The AIM-listed company’s initial focus is on the nebulised formulation of ensifentrine, where a Phase 2b dose-ranging clinical trial for chronic obstructive pulmonary disease (COPD) was said to be “progressing as planned”.
Chief executive Jan-Anders Karlsson said he anticipates this study being completed around the end of 2019.
Armed with the results of this data and prior studies in over 800 patients, Verona then will talk to the US drug regulator in the first half ahead of 2020, which if successful will allow the start of a Phase 3 clinical trial program that year.
Tuesday’s half-year results, which showed £46.5mln of net cash at 30 June down from £64.7mln as investment was increased in clinical trials, came a day after results were published from phase 2 trials of a dry powder inhaler (DPI) formulation of ensifentrine for COPD.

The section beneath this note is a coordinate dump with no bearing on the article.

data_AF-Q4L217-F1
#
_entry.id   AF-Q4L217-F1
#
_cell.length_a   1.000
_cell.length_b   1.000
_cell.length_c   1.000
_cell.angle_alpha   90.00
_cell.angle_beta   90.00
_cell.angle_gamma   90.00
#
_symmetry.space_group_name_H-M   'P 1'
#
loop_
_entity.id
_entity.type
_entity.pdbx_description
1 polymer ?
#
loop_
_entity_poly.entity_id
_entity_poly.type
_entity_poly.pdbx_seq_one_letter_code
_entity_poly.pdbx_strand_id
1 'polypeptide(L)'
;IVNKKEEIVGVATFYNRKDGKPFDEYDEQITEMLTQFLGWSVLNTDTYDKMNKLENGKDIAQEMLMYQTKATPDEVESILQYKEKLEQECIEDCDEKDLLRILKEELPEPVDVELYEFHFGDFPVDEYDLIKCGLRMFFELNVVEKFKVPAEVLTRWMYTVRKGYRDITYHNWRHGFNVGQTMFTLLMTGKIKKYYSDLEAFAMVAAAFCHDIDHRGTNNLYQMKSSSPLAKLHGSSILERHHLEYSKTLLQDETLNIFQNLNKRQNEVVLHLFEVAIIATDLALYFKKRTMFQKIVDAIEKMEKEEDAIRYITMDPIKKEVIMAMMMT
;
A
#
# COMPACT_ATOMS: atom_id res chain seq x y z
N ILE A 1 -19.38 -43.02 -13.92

Karlsson said the company was “very excited” by the DPI formulation, saying the results support the view that the drug is an effective bronchodilator in COPD patients via either method of delivery.
“We plan to complete further development and commercialization of the DPI formulation with a partner and believe these clinical data strongly support this opportunity.”
Verona said it may seek strategic collaborations with larger biopharmaceutical companies to develop and commercialize the DPI and a third formulation of ensifentrine by pressurised metered-dose inhaler (pMDI).
“We believe that any such collaborations (the signing and terms of which remain uncertain) could provide significant funding to advance the development of ensifentrine, while allowing us to benefit from the development or commercialisation expertise of our collaborators.”